A Ravaged Warrior's Defeat: Looking Back At Ultimate Warrior's Failed WWE Return In 1996

One of WWE's most recognizable characters was the neon-clad, high-energy Ultimate Warrior, who rose to prominence in the WWF in the late '80s and into the early '90s. However, according to The Sportster, several questionable choices and tumultuous relationships with top wrestling executives, like former WWE CEO Vince McMahon, bred controversy throughout his career. Warrior first left the company in November 1992, with claims that McMahon released him due to his admitted steroid use and the crackdown on steroids in sports entertainment during that time. However, in the documentary "Warrior: The Ultimate Legend," McMahon asserted the release was due to Warrior experimenting with growth hormones. Whatever the reason, a plan to put the title back on Warrior was scrapped and he was released from the company until 1996.

His second wave in WWF came when the company needed star power due to the numerous top talent out with injury or signing with rival WCW, such as Kevin Nash and Scott Hall. But whatever high hopes Warrior and McMahon had for the return didn't last long. His first match back was against a young, up-and-coming Triple H, better known at that point as Hunter Hearst Helmsley. Helmsley wasn't at the level he is today, but he was presented strongly with few blemishes on his record. When he and Warrior battled at WrestleMania 12, Helmsley got a flurry of offense in before losing in under two minutes. Bruce Prichard later revealed on his "Something To Wrestle" podcast that Warrior changed the match, and it was not positively received backstage.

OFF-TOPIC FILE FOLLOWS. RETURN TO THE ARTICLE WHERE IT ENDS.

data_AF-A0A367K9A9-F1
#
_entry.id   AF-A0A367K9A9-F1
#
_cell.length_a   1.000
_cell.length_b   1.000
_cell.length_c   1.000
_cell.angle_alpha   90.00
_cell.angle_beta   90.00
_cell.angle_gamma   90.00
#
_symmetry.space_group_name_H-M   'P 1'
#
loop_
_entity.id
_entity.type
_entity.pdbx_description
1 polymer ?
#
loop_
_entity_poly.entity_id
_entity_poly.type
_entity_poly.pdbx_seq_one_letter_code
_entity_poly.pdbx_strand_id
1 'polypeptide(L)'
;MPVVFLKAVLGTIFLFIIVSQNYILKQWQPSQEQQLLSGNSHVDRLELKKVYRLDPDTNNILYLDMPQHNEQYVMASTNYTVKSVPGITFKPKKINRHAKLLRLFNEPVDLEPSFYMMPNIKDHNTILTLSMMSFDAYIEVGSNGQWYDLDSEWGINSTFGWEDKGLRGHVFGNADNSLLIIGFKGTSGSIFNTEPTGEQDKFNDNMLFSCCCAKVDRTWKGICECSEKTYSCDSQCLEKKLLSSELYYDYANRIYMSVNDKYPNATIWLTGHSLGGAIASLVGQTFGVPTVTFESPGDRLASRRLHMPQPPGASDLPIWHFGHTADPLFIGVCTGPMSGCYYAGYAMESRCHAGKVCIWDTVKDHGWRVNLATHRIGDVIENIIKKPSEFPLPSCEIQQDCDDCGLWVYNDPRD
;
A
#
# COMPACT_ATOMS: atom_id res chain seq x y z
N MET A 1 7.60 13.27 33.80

Warrior's Second Exit From WWF

At that point, several people in the industry had bad blood with Warrior due to past issues left unresolved. Former WWE official Earl Hebner had gone on the record in September 2022, saying that he, "liked [Warrior], but he didn't care about nobody or nothing." Fellow Hall of Famer Jake "The Snake" Roberts also had well-documented issues with Warrior that nearly led them to a physical confrontation at the 2014 WWE Hall of Fame ceremony. "... He looked at me [at the ceremony] and he goes, 'Jake, please let me apologize to you,'" Roberts recalled. "He was so humble. So sincere. My mouth just fell open. Is this the same damn guy? He said, 'I know I screwed you out of millions. I'm so sorry.' Then he turned around and made himself available for my kids and my grandchildren, and I had to let it go."

But in 1996, Warrior's bridges were aflame, leaving Vince McMahon with little tolerance for his mistakes. Warrior became unreliable shortly after his comeback, with Bruce Prichard recalling that he "wasn't showing up, wasn't answering phone calls" when the company was beginning to put him in a top spot once more. Ahmed Johnson, Shawn Michaels, and Warrior vs. Vader, Owen Hart, and The British Bulldog was scheduled for In Your House 9: International Incident, but it would never take place as intended as Sycho Sid took Warrior's place. Warrior would no-show once more, blaming it on the death of his estranged father, but McMahon ultimately decided to still release him.